Nevertheless, despite a lack of originality (to which 95% or more of the audience would be unaware) it all worked stunningly well and made up for the disappointment of the rest of the evening. John Tomlinson was now in full King Lear mode (or impersonating Olivier-as-Lear) and is imperious as he strides the revolving platform before Erda, in black and seated in a black armchair on top of a black tower, impales herself on Wotan’s spear at ‘Weisst du, was Wotan will?’ The horizontal surface now becomes a vertical wall on which later there are some highly effective visual projections of passing clouds etc. Siegfried arrives and confronts the Wanderer and breaks his spear that bars the path (actually a door) to the summit he seeks. For ‘Heil dir, Sonne!’ a sickly yellow light suffuses the stage. There is a brief domestic interlude as Siegfried and Brünnhilde converse seated at a table. Aunt and nephew come together initially as giant shadows cast on the white slab before Brünnhilde races across the front of the stage into Siegfried’s arms. Then after Brünnhilde has accept Siegfried’s ring and they have declared their love the cyclorama drops and a mountaintop vista is revealed that the soon-to-be-lovers revel in as they rush to ‘honeymoon’ on the mattress (originally from Walküre) that was here flung conveniently from his platform as the Wanderer was in a rage at the start of the act. The curtain falls, as they say, not a moment too soon!

After a disastrous beginning John Treleaven can be forgiven everything for this one act alone, some fine singing with his back to us all and the strength of his final ‘Erwache’ being particular highlights. His voice does not have great volume and he is extremely sensitively accompanied by Antonio Pappano’s conducting but he is sufficiently ardent and tireless in this thankless act for the tenor. Lisa Gasteen comes into her own and excels as Brünnhilde and between these two principals there is a passion, drama and total belief in what they are portraying missing in the earlier acts. This is also true of Pappano’s conducting of his faultless orchestra (I’ll give the horn soloist the benefit of the doubt). He seems at his best in this Tristanesque orchestration more so than in the more conversational opening acts where the tempi seemed a little disjointed and the interpretation drifted without focus. Undoubtedly this will improve during the run.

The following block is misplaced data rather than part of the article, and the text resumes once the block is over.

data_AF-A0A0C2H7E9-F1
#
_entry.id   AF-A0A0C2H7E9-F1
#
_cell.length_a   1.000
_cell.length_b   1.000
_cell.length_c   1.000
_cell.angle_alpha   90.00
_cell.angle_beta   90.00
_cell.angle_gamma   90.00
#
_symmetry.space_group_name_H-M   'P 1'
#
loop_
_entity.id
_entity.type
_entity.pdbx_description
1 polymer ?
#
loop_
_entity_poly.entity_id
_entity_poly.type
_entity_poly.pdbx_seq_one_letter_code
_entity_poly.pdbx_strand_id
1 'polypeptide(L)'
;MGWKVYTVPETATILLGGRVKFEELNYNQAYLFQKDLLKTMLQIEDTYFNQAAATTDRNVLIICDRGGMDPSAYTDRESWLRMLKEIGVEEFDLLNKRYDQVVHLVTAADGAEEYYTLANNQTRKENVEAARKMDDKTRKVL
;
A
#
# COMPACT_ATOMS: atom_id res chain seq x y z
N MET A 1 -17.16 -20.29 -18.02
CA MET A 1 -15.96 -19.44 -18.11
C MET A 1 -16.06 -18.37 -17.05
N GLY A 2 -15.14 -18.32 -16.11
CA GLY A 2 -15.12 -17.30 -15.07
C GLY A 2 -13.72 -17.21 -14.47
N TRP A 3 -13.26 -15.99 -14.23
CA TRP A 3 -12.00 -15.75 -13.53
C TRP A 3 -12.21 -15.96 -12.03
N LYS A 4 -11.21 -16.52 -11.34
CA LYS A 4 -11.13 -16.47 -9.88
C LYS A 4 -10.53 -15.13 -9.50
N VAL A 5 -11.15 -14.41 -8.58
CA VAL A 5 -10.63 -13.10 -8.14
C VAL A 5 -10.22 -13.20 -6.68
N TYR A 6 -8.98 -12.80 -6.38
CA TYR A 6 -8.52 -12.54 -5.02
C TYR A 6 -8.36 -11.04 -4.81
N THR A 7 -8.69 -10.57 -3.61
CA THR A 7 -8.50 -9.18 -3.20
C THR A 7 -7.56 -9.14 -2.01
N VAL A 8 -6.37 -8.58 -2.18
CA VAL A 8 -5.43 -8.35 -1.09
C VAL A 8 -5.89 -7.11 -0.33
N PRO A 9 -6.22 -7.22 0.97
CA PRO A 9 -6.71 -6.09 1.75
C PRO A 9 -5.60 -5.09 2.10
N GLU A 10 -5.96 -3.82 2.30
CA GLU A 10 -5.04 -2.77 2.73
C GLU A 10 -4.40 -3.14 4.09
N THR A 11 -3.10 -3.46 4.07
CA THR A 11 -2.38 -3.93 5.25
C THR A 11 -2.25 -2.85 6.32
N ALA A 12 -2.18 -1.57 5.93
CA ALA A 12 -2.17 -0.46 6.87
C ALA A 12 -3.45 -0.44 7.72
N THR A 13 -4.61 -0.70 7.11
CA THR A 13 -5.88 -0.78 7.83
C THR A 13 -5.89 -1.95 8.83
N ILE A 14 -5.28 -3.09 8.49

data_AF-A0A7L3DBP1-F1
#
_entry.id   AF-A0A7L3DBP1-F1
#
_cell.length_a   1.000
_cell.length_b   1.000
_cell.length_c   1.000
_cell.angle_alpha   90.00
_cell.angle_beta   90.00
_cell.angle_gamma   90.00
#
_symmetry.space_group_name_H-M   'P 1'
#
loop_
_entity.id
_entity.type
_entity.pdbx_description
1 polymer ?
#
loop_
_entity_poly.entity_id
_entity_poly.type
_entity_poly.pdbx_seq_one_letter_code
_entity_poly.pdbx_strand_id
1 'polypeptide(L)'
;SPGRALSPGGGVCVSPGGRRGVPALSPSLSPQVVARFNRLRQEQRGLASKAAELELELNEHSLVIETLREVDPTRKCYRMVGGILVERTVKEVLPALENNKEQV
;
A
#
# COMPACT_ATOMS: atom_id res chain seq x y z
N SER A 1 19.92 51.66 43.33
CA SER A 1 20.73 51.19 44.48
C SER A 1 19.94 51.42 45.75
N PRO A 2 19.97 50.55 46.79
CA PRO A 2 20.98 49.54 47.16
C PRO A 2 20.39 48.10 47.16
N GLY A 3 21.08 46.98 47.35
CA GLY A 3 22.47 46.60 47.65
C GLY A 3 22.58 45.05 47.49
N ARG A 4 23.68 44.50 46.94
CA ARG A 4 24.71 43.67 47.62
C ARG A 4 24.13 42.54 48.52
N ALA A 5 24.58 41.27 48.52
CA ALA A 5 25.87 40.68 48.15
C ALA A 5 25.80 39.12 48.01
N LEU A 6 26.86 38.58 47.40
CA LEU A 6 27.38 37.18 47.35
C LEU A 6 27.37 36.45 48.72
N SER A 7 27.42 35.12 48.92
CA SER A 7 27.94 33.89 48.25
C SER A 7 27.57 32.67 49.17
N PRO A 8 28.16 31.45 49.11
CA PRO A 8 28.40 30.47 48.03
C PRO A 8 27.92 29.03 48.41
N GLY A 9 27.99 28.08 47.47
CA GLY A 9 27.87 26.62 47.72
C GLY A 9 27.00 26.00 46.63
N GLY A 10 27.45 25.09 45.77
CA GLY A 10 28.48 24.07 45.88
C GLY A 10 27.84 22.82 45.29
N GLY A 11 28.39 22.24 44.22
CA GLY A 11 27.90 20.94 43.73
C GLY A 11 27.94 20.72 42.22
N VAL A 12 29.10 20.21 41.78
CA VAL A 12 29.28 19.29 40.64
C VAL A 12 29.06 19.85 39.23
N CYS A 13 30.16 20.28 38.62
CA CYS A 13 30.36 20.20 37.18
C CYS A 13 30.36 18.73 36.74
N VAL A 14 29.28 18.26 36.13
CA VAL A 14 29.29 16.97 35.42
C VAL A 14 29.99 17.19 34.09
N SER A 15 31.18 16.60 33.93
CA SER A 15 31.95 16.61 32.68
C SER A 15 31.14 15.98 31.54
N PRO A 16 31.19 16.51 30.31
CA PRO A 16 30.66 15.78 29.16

Throughout, an excellent cast including Gerhard Siegel’s Bayreuth-bound Mime (he is the only German in the cast) and Jane Henschel’s Erda all benefit from the not-too-loud playing of the orchestra. Since they also seemed to have been excellently coached almost every German word can be heard unusually clearly. (I notice in Berlin that the mostly German audience are to get German surtitles for Wagner; they would not need it with these singers and conductor.)

Reviewing the cycle thus far, there are only two good acts (the III’s of Walküre and here in Siegfried) to dispel the notion that Warner has nothing new to add to the dramaturgy of the Ring, so even if ‘alls well that ends well’ it does not eliminate the thought that the director has too many voices in his head and does not have a clue which road to take in his staging that will conclude in April with Götterdämmerung. I still have not lost my feelings of nostalgia for the iconic Richard Jones 1996 Ring that was loved by too few and despised by too many.



© Jim Pritchard